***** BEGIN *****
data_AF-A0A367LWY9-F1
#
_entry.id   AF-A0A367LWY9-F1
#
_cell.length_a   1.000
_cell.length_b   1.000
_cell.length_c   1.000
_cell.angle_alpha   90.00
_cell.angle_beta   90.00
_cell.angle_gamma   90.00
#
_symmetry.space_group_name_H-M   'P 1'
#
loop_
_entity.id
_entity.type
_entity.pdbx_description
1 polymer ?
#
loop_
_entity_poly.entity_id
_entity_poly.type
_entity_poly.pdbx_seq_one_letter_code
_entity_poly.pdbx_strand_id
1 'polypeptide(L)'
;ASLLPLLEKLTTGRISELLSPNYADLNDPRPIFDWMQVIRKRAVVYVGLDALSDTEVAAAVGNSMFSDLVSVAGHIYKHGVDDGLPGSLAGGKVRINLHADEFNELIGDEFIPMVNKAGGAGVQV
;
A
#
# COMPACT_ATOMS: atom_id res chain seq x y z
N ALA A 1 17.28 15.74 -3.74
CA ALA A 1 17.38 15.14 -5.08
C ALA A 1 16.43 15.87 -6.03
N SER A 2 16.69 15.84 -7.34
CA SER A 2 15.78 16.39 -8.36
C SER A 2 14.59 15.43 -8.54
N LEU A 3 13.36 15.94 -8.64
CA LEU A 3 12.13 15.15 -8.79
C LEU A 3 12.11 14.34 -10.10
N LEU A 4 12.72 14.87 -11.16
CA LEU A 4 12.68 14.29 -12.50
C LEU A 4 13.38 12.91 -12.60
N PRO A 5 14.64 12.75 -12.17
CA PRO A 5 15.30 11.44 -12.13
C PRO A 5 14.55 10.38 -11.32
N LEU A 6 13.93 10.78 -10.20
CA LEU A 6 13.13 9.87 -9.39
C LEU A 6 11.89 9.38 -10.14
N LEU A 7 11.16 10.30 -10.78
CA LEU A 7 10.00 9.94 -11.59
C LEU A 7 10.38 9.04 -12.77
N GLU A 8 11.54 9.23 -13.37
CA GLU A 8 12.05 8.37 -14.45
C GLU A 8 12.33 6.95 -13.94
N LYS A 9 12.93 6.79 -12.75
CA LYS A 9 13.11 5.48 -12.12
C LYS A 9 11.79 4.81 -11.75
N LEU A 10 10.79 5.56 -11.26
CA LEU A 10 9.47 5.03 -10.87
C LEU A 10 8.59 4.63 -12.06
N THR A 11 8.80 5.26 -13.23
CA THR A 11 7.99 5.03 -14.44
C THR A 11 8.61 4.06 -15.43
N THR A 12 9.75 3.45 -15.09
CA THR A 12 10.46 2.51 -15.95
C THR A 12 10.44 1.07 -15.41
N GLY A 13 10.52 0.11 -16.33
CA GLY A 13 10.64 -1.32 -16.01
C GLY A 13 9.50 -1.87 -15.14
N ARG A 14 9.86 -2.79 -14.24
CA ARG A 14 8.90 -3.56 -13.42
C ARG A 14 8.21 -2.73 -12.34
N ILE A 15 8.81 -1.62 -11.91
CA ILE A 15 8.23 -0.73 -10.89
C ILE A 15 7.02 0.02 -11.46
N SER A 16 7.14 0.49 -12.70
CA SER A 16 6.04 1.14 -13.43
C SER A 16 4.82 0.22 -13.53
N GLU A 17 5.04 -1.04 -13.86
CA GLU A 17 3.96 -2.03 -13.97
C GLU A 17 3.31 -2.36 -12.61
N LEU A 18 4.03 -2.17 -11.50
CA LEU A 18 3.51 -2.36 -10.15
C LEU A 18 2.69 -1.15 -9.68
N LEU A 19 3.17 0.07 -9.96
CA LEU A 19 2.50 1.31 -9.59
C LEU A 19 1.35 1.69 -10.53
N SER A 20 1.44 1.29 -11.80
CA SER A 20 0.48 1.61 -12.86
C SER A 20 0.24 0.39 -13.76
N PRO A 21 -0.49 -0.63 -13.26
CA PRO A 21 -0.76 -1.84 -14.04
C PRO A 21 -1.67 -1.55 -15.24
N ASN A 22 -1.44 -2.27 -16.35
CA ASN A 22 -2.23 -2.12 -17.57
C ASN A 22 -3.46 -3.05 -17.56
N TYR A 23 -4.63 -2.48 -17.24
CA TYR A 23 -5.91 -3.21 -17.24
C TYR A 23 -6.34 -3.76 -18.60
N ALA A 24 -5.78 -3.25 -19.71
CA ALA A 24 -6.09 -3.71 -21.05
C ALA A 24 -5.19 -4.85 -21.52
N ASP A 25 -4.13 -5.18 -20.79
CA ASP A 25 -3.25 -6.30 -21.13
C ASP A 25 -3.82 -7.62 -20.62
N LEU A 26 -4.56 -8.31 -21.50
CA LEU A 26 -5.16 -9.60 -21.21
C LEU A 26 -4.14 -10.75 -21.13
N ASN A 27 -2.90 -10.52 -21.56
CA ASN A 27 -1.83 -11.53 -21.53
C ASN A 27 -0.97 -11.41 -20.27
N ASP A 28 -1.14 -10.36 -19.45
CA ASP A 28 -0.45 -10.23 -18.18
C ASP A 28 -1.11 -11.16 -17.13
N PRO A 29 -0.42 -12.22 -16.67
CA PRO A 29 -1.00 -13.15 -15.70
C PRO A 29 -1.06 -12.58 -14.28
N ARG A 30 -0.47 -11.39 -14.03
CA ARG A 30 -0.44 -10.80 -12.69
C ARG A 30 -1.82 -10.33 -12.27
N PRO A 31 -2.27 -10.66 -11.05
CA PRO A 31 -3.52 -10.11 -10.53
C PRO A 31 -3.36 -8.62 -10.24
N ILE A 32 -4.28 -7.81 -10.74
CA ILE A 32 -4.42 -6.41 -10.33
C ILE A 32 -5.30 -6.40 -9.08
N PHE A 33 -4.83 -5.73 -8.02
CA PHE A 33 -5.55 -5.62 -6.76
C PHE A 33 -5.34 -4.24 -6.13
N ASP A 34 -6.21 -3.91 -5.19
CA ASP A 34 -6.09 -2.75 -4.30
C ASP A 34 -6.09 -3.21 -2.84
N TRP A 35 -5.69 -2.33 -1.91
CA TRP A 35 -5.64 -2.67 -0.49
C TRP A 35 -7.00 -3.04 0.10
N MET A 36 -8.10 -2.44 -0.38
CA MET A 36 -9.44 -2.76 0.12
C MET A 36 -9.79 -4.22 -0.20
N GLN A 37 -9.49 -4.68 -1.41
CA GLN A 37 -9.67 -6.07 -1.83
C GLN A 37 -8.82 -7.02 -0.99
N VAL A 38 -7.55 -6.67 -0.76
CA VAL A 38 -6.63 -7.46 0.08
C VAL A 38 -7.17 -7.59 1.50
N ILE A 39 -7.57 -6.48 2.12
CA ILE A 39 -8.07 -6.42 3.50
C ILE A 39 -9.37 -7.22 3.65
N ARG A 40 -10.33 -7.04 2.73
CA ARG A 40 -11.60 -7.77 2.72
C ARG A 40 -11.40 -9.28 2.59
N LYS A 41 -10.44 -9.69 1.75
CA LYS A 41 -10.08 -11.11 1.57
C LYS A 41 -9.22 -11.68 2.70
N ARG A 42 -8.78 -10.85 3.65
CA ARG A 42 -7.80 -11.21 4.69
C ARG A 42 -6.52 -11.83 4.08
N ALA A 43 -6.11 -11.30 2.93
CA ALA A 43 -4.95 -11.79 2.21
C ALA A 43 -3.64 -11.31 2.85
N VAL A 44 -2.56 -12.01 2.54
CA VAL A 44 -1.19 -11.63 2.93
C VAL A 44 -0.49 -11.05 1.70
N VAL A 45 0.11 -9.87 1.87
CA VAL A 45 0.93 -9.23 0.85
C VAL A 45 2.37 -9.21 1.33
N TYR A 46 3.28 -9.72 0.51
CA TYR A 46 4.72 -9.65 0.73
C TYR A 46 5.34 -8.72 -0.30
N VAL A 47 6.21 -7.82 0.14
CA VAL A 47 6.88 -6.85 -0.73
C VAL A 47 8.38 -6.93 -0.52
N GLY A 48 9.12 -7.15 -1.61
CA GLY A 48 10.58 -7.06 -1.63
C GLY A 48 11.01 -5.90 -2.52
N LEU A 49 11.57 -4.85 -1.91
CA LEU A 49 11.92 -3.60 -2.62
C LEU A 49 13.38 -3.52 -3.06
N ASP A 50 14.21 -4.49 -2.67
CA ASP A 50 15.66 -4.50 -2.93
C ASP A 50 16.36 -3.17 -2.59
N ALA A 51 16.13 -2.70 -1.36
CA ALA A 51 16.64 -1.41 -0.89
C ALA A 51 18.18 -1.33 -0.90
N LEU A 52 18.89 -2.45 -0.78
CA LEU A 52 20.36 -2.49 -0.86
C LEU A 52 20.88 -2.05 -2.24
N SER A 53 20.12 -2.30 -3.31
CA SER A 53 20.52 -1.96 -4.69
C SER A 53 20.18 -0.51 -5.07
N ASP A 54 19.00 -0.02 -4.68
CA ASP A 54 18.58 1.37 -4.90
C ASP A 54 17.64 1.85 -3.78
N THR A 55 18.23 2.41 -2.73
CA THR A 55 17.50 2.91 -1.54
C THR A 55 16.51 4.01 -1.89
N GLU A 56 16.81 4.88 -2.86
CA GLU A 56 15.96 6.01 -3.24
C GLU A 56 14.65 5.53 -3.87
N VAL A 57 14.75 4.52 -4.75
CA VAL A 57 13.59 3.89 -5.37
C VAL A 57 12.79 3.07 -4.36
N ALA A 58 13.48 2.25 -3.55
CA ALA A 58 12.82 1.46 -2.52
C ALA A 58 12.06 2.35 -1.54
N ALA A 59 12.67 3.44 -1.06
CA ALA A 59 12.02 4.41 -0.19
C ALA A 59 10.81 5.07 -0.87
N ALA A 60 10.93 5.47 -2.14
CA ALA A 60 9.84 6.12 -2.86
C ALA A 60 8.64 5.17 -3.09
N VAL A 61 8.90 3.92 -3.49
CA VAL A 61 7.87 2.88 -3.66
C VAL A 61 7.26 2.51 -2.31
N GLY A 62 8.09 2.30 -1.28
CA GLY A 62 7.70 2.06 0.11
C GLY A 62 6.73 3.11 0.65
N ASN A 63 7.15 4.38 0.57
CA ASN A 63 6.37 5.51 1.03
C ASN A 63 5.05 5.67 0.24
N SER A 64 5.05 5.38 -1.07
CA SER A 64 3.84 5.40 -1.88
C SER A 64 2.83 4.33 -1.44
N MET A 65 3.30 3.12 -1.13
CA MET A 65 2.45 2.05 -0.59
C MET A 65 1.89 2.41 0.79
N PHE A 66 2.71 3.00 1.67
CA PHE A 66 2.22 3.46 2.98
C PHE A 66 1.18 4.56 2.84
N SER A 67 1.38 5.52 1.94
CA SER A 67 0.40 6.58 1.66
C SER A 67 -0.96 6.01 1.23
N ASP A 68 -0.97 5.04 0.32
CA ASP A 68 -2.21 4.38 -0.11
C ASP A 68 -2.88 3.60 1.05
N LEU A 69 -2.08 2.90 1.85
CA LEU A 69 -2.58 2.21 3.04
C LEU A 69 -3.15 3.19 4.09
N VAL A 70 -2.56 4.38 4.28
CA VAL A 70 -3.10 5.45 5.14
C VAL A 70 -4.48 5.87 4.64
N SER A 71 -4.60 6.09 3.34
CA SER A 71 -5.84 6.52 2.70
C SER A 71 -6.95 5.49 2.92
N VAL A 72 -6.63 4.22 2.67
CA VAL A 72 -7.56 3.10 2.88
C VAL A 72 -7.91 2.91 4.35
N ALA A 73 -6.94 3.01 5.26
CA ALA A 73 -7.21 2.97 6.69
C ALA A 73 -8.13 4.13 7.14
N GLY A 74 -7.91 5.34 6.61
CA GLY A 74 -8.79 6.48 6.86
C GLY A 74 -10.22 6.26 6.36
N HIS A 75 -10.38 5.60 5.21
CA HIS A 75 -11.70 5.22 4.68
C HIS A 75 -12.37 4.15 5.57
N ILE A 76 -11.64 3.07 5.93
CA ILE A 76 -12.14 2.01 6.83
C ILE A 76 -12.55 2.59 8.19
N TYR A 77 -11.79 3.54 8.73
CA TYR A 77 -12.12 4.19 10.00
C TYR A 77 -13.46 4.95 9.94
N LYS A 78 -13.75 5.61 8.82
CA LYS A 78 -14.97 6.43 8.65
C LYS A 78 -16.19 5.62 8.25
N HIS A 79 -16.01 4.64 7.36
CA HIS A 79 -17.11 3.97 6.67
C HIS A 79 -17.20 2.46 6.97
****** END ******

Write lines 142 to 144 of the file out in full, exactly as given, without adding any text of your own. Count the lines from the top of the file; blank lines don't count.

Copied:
N VAL A 38 -7.55 -6.67 -0.76
CA VAL A 38 -6.63 -7.46 0.08
C VAL A 38 -7.17 -7.59 1.50